[ISN] Outflanking The Cyberterrorist Threat

From: InfoSec News (isnat_private)
Date: Tue Apr 09 2002 - 00:52:02 PDT

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    April 08, 2002
    While cyberterrorism may not be an immediate threat, it would be
    foolish not to recognize that the U.S. is facing a "thinking enemy"  
    who will adapt to attack our critical infrastructures and
    vulnerabilities, says Ruth David, former director for science and
    technology at the CIA.
    David is now president and CEO of Analytic Services Inc., an
    independent, not-for-profit, public service research institution in
    Arlington, Va. She and Bill Crowell, CEO of Santa Clara, Calif.-based
    security firm Cylink Corp. and a former deputy director of the
    supersecret National Security Agency, each participated in rare
    interviews with Computerworld's Dan Verton. They discussed the threats
    posed by cyberterrorist attacks and the steps that the public and
    private sectors should take to thwart them.
    There's been speculation, even before Sept. 11, about the U.S.'s
    vulnerability to an "electronic Pearl Harbor" or cyberterrorist
    attack. How has this changed since Sept. 11, and how vulnerable are
    the various economic sectors to cyberterrorist attacks?
    David: While it is true that major terrorist attacks to date have
    targeted human lives, I would not blindly extrapolate that behavior
    into the future. After all, on Sept. 10, we would not have expected a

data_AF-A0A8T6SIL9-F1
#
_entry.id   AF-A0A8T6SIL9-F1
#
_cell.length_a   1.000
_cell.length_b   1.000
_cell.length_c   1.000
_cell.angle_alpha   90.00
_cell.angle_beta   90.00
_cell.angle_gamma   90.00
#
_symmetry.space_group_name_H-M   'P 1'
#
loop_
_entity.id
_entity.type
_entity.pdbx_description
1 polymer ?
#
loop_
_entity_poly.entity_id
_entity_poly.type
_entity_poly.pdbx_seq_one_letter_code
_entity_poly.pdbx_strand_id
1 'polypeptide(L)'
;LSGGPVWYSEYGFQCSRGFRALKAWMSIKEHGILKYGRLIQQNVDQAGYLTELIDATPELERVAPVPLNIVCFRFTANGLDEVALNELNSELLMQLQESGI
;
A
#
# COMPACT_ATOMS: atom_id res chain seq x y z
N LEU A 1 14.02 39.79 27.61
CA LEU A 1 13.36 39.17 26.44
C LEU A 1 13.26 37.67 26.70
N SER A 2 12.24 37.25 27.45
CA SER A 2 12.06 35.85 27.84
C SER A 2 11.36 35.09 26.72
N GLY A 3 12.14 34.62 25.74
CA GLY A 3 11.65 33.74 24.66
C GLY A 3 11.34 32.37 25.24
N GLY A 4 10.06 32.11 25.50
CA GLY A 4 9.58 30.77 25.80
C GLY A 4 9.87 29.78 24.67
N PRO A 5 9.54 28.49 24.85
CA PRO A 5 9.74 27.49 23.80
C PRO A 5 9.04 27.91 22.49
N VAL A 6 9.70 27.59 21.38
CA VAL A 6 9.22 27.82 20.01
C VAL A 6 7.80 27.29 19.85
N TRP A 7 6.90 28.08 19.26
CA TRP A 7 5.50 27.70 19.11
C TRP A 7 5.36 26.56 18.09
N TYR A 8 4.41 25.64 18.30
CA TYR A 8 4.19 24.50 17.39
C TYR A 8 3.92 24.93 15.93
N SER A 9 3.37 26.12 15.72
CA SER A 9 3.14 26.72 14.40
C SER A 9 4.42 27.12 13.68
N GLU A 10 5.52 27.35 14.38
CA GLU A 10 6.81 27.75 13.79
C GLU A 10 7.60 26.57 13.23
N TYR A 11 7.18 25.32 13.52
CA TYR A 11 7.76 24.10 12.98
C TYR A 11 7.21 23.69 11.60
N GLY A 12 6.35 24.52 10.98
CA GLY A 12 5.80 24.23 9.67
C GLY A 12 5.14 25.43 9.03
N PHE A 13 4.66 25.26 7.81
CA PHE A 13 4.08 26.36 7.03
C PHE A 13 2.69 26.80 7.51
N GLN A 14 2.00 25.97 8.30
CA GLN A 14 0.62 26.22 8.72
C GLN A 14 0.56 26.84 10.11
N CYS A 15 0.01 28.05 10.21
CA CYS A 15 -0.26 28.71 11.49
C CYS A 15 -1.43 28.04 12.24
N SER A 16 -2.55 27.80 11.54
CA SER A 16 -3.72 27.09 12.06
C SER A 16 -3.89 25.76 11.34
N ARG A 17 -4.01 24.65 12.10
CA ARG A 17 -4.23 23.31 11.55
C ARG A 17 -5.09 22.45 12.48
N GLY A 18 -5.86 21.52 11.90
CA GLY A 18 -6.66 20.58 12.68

hijacker to turn a commercial airplane full of passengers into a
    guided missile, and even on Sept. 12, we did not envision exploding
    shoes as a threat to aviation.
    In the aftermath of the 9/11 attacks, those adversaries almost
    certainly observed the immediate effect of service interruptions as
    well as the prolonged economic impact of infrastructure disruptions.  
    While the weapon used was explosive rather than cyber, it doesn't take
    much imagination to see that similar effects could be achieved through
    Crowell: Clearly, the vulnerabilities of the nation to cyberattack are
    growing. Critical national functions like banking, financial services,
    health, water and communications are increasingly dependent on highly
    automated systems that connect the many nodes of their operations.
    These changes in the degree to which business and the government are
    dependent on public networks have been occurring for about a decade.  
    The disturbing thing is that all of the trends are in the wrong
    direction. Business is moving more and more critical functions to
    networks. The speed and complexity of the deployments make it
    difficult for them to employ good defenses rapidly. Diversity is
    decreasing as we migrate more to common operating systems and common
    network systems.
    To what extent is the war on terrorism, particularly the battle for
    improved homeland security, a technology problem? What roles do you
    see the government, corporate America and the IT vendor/developer
    community playing?
    David: Technology is only one component. Without supporting policy,
    effective processes and well-trained people, technologies solve
    nothing. Deployment of facial recognition technologies at border entry
    points will not ensure apprehension of terrorists.
    Corporate America will play an increasingly important role in
    developing security technologies to protect nongovernmental personnel
    and property that may be targeted by terrorists attacking what we are
    as a nation rather than what we do as a government.
    Crowell: The battle for improved homeland security involves both
    technology and processes. Technology can be used to make the processes
    more efficient, predictable and effective.
    The Transportation Security Agency, [Federal Aviation Administration]